Thursday, August 30, 2012

Card swipe for smart phone

This is another shift from cash-based to card-based transaction system launched by Visa International Thailand. Anyone can process his or her cards through this payment platform, which has a tiny magnetic card reader that attaches to a smart phone. This functions as a card reader, which turns a smartphone or tablet into a secure acceptance point-of-sale device via a card swipe. An accessory can be plugged into the phone allowing merchants to accept payments by Visa credit and debit cards in any location.

No paper will be used as a slip for payment and no need to wait for a receipt, sign on the screen and sends a copy of payment record straight to your e-mail. I personally feel, that the movement is to attract the new generations, who wishing to make online purchases. And for many who are wishing to make online purchases, they have no choice but to borrow their parent’s credit card. 

Wednesday, August 22, 2012

Macro photography

I just love taking macro pictures of any subject. The minute details are which I keep trying to capture, as I cannot admire those with my naked eyes. I always want to know how I get such wonderful pictures with such amazing detail. I take more than 100 shots before I get the right one with macro focus.  

My passion about photographing insects that, I can spend hours together behind a small creature to get that best shot. The macro that i use is 100mmf/2.8, which is specifically designed for close-up work. The lens have long barrel for close focusing and ensuring high reproduction ratios for macro photography. 

Monday, August 20, 2012

Subjects for August 2012

AIU cultural exhibition

Official Photographer

I was extremely obliged for being identified as one of the official photographer for Asia-Pacific International University.

Sunday, August 19, 2012

AIU Cultural Festival Night

Following pictures are taken with Canon 5D Mark II and 100mm f/2.8 macro during international cultural festival night at Asia-Pacific International University, Thailand. The high level officials from Saraburi province and Muak-Lek municipality graced the program. 

Friday, August 17, 2012

Women behind conservation

As time goes by, I tend to forget all my important agendas that I had in my University. But, it is hard to ignore seminar on Hornbill research addressed by Dr. Pilai Poonswad sometime in 2011. Dr. Pilai is a Professor in Microbiology Department, Mahidol University who consistently strive to conserve big birds in Thailand. She has been honoured “Great Mother of the Hornbills” among other conservationists on this living planet.
Hornbill is one of the world’s most striking bird, with a wingspan of almost 2 meters, feathered in marvelous colors and crowned with a regal casqued on its beak. It is one of the rare species in tropical rain forests of Asia and Africa, and listed as most threatened bird. With other seed-distributing animals, the Hornbill has become fundamental in maintaining the integrity of the forest. Its vital role in seed dispersal of big fruit bearing trees inspired her to embark research particularly on this species. She then established Hornbill Research Foundation in Thailand primarily to raise endowment fund for conservation.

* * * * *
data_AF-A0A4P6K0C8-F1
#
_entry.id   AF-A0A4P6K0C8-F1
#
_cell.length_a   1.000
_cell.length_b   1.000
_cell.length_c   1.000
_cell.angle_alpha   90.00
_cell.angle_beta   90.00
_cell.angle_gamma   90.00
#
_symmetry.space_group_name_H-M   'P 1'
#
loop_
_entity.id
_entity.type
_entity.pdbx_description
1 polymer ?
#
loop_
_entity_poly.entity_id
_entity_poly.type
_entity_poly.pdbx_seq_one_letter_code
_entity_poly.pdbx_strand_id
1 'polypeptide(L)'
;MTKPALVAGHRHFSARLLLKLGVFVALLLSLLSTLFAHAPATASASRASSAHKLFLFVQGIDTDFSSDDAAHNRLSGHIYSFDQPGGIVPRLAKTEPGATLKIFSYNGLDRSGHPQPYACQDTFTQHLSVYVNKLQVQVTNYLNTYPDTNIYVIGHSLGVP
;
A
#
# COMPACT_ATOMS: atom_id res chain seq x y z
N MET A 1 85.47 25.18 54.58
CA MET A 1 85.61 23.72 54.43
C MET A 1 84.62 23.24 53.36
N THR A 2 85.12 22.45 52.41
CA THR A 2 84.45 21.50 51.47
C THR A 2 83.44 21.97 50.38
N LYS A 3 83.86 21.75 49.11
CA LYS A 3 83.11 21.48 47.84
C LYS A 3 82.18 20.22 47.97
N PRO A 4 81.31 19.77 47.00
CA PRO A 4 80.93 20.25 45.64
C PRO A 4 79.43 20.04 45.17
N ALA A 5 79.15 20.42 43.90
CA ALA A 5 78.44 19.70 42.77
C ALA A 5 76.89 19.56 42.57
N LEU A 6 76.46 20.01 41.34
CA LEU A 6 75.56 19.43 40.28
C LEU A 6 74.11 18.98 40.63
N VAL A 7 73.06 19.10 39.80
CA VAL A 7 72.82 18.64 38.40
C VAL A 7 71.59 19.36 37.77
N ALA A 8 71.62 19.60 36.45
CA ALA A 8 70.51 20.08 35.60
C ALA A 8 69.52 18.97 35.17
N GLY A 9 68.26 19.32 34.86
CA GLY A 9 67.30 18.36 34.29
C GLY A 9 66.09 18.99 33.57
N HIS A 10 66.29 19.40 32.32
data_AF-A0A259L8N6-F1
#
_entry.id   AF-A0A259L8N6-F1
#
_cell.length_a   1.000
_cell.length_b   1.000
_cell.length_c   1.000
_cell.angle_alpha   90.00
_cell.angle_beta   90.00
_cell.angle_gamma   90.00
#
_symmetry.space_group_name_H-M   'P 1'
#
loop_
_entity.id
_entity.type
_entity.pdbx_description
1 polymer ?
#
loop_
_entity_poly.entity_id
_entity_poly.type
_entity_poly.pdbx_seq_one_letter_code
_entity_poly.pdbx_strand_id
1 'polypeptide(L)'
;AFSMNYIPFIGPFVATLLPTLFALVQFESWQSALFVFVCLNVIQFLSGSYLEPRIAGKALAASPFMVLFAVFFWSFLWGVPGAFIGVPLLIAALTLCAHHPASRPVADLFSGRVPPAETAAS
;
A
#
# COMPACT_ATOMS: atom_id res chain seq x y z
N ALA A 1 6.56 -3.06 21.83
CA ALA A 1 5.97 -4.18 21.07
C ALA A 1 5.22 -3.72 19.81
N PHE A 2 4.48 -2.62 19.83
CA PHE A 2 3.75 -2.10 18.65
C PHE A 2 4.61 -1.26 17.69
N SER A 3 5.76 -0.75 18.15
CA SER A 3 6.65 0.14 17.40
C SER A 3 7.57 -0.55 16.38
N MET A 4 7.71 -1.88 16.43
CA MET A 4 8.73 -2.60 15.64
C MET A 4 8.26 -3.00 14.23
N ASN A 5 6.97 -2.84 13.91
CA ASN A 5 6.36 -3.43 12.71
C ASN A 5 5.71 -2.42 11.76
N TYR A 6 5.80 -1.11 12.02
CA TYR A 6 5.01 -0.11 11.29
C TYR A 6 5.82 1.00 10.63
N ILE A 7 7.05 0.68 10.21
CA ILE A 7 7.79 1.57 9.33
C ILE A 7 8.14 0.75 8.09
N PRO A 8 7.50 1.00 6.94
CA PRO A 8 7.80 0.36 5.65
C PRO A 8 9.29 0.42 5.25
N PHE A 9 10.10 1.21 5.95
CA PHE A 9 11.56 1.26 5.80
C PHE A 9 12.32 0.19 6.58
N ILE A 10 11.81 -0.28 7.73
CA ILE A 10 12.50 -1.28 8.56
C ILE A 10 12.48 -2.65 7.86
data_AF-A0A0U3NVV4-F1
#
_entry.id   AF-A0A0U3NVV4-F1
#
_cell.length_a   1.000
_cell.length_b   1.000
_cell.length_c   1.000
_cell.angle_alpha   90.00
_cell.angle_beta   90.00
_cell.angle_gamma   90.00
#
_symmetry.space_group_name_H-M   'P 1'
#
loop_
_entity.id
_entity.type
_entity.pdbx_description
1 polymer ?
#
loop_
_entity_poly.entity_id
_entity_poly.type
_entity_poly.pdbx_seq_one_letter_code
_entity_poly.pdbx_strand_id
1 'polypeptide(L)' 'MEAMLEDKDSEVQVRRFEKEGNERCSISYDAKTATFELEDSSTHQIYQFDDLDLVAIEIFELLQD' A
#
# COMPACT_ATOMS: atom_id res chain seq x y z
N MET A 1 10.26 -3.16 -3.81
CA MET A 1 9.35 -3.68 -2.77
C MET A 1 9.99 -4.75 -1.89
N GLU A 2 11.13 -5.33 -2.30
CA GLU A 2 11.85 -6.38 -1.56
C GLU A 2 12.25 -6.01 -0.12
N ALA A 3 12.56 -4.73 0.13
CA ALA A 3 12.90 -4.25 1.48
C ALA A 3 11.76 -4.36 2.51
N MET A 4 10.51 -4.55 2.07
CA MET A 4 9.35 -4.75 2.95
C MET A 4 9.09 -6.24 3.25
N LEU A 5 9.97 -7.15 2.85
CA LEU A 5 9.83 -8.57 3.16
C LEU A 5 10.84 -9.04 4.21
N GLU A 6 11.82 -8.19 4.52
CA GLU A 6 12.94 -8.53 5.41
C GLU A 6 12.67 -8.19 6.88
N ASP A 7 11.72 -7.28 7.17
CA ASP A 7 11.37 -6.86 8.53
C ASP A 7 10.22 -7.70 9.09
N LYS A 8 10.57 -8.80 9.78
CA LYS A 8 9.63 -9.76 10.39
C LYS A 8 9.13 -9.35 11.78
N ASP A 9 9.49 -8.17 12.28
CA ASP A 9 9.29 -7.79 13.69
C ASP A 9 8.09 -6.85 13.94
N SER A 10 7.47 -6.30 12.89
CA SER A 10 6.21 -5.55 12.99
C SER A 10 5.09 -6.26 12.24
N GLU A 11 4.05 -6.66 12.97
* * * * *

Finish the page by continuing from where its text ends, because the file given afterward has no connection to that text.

I belief, it is cruelest part of life to walk away from our loving family, friends and close community which nobody would dare. However, Dr. Pilai did this, sacrificing all her intimates for the sake of conserving Hornbills. She vividly remembers difficulties that she had from being chased away by wild animals besides infestations of ticks and leeches. 
Alike human, Hornbill struggles to find better environment to reproduce and nourish their juveniles. The GPS navigation revealed that, the Hornbills fly long distances in search of safe nest for reproduction. She discovered that, female Hornbill tend to live in sealed nest cavity to reproduce until fledgling could able to survive. She also found that, speedy closing and healing of tree cavities hinders timely reproduction and this remains silent worries for innocent birds. However, now Dr. Pilai is a happiest woman on this planet since her innovation of artificial nest installation proved successful. 
She had numerous challenges to convince people around rural Thailand, especially southern tribes from hunting this bird. Nevertheless, her unique approach “Community Based Hornbill Conservation” proved successful to handover this significant bird to the future generations. This move addressed the ecological problems within the community and country as a whole. Beside, it is best suited to replicate expertise to any other countries to conserve endemic birds that are on the verge of extinction.

Wednesday, August 15, 2012

Phallus: Bhutanese Rocket

The phallus plays vital role in Bhutanese unique culture and tradition. This is intended to drive away the evil eye, malicious gossips and believed to bring good lucks to individual, community and country as a whole.  

Who ever visits Bhutan, never forget to get blessed by wonderful Bhutanese rockets. Once you been to Bhutan, you will see this phallus everywhere especially on the walls, houses and buildings in countryside of Bhutan.